A common area for performance improvement is image optimization. If you’re resizing your images with HTML and CSS instead of uploading them in the correct size in the first place, you are doing your site a great disservice. Serving scaled images will help your page load faster for your users and improve their experience on your site.

There are many ways to optimize your images, ranging from the use of a plugin, to web services, to resizing on your local machine. To learn more about these options, check out our image optimize guide.

Minimize Database Bloat

One of the common performance conflicts on eCommerce sites stems from the use of too many Advanced Custom Fields or product options. Keeping your product metadata fields minimal is key to a faster eCommerce site. The more product options each page has to load, the slower the queries to gather data from those database tables will be. You’ll see ideal performance with about 15,000 products or less, with limited metadata options for each.

If you know your site will host significantly more than 15,000 products or a large number of customization options for each product, or even if you have a few hundred products but need a highly customized search and filter function, it’s time to consider widening your infrastructure. Think about upgrading your WP Engine plan for heavier database usage, and using a high-powered search solution like ElasticPress. This plugin takes all heavy WooCommerce queries and runs them off site on your ElasticSearch server. It’s ideal for sites with large quantities of products, events, or posts.

Stagger Email Campaigns

Another key factor in your site’s ability to ride out waves of traffic is controlling how large those waves are. You can better protect your site from a tsunami of traffic by sending out your email campaigns in small batches. This way, the drive of traffic is more slow and steady instead of a huge influx. Make sure your email newsletter plugin has an option to schedule emails or send in batches.

Use the REST API

WooCommerce extends the WordPress REST API with their own custom endpoints for Settings, Products, Payment Gateways, Coupons, and many others. You can check out their technical documentation for the WooCommerce REST API for more specifics.

Using the REST API can help eCommerce sites diversify by separating the back-end from the front-end (also known as “headless” CMS) to allow any number of apps and services to safely hook into your site’s products and features. Developers can use a “headless” approach to WordPress to more easily take their site’s content and host it in a number of settings: mobile apps, web APIs, JavaScript frameworks, and many more. It can also help you maintain a single product base across multiple sites. Developers find the REST API very freeing, since they are no longer restricted to using the native WordPress front-end and back-end structure alone.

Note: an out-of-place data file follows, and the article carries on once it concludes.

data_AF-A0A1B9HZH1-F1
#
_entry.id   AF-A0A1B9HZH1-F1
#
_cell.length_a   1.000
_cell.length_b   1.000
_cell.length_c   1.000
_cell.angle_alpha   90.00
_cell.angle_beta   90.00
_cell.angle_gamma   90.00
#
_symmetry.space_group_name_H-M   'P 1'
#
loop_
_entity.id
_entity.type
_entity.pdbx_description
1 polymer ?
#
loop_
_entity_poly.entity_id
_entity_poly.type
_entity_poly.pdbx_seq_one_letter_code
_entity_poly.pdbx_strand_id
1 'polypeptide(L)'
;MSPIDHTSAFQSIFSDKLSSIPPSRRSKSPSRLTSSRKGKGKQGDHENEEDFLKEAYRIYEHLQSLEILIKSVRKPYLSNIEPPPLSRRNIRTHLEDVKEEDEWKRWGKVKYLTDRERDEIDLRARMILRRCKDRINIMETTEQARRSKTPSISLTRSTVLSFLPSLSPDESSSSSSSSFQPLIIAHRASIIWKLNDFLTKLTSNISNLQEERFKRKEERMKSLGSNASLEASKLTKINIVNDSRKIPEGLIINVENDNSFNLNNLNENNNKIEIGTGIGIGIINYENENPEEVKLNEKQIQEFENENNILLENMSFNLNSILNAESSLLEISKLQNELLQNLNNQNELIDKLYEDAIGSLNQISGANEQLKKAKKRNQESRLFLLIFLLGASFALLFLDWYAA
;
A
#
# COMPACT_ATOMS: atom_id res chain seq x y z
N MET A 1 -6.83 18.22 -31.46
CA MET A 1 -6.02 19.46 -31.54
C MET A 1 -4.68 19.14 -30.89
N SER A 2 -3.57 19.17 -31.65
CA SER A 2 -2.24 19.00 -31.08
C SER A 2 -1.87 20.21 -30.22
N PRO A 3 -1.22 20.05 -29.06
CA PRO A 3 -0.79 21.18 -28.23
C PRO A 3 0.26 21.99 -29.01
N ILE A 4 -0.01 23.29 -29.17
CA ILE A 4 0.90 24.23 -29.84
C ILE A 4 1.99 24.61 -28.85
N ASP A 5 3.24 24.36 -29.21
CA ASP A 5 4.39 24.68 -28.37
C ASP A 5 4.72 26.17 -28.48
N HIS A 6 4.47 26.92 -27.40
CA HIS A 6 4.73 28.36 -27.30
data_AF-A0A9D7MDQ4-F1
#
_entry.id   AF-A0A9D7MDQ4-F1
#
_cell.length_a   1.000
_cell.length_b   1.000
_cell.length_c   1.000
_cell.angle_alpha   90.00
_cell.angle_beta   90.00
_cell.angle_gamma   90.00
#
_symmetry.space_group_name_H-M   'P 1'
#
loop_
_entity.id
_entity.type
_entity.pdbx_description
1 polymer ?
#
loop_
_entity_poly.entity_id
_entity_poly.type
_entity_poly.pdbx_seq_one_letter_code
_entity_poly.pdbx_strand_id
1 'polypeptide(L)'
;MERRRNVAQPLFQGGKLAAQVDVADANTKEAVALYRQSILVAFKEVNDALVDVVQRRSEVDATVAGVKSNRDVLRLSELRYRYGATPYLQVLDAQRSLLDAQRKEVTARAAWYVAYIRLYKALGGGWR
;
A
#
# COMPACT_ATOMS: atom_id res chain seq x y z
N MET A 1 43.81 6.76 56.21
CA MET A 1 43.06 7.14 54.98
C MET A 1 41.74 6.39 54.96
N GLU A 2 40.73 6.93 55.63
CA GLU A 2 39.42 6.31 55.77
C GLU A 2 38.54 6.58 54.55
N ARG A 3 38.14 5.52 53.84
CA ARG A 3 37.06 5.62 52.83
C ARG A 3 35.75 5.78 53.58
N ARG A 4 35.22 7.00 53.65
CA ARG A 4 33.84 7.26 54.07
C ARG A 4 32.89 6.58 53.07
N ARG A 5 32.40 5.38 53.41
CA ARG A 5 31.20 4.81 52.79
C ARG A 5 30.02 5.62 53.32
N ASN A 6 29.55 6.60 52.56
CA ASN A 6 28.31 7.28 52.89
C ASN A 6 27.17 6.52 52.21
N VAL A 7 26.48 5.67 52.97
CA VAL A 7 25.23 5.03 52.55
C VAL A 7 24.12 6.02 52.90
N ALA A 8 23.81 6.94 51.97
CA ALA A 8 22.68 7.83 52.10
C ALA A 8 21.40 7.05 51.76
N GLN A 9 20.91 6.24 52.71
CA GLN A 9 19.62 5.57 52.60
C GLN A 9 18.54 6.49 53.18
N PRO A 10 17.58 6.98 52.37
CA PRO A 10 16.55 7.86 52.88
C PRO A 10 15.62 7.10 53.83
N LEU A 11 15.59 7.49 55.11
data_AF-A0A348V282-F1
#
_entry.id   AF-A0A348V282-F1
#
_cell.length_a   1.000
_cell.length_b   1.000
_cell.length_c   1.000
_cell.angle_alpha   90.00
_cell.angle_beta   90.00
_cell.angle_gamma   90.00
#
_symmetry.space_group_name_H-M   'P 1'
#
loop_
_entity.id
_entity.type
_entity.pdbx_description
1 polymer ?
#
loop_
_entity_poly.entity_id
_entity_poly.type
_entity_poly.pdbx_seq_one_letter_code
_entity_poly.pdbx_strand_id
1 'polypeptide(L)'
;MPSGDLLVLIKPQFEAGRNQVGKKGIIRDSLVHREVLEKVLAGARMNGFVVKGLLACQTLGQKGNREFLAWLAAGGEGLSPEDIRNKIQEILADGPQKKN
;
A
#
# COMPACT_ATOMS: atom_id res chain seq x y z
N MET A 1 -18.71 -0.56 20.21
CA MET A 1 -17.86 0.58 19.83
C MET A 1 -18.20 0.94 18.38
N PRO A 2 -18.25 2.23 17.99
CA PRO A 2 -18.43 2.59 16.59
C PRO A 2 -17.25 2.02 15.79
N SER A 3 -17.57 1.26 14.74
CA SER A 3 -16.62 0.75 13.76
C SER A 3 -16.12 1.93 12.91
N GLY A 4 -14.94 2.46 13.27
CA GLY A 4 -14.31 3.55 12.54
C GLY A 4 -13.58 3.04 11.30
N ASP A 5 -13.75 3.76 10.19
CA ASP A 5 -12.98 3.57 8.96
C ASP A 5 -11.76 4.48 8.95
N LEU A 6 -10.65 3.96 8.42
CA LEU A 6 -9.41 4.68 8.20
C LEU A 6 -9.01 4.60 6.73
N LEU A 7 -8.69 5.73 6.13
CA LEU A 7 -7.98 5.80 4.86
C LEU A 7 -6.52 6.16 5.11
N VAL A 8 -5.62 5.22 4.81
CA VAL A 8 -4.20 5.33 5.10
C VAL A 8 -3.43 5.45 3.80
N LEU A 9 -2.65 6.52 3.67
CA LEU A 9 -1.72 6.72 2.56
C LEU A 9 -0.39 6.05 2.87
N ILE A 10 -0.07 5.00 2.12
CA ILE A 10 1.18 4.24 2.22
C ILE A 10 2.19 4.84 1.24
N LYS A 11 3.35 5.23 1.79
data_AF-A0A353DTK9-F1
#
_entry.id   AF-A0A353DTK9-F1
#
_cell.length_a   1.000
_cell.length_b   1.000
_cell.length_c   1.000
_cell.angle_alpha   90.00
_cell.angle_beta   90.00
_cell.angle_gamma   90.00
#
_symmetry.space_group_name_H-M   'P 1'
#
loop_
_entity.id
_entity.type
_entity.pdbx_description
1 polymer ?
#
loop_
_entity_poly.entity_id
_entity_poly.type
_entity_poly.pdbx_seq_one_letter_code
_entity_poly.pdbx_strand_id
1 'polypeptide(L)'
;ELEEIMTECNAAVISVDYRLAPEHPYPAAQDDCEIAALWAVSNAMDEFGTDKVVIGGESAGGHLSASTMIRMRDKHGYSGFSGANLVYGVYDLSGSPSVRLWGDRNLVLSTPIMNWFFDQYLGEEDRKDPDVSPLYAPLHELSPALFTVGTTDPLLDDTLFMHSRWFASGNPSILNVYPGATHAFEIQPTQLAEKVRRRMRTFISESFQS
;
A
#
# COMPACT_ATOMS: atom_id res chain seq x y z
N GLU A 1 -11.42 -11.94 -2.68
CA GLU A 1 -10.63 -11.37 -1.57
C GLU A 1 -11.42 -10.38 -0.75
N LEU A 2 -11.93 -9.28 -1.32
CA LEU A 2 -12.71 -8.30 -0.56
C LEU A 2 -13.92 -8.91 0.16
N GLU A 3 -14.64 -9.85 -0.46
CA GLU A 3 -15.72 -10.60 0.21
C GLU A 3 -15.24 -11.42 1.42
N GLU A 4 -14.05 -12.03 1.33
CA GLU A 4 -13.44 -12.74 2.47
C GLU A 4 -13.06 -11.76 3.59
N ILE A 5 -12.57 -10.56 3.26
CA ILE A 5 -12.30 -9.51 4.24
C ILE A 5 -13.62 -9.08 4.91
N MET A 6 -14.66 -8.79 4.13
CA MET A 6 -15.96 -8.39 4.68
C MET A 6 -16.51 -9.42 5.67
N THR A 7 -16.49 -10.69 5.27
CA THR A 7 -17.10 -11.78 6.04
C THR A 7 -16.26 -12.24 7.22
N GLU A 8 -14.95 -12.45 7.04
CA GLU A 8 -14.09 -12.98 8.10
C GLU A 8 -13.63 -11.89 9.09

eCommerce Sites and Staging

If you use a Staging or Development environment to draft code changes or perform testing for your eCommerce website, there are some general best practices to follow when copying between them. Remember: Your eCommerce site could receive orders and add new products between your most recent copy and now, so it’s important to ensure you don’t overwrite important data in production.

  • Don’t copy database tables containing orders to production. If you are using WooCommerce, these tables include: wp_posts, wp_postmeta, wp_woocommerce_order_items, wp_woocommerce_order_itemmeta
  • Don’t copy database tables containing users or user metadata to production. These tables include wp_users and wp_usermeta
  • Regularly export order data from production. You can use WordPress’ Tools > Export option to export data as needed, or use the WooCommerce CSV export extension for more advanced features.

WooCommerce and Geolocation

When using WooCommerce’s built-in Geolocation feature on your WP Engine website you can experience redirect loops, as detailed in this WooCommerce post. Not to worry though – if you enable WP Engine’s own GeoTargeting add-on as well, the Geolocation feature built into WooCommerce will work seamlessly.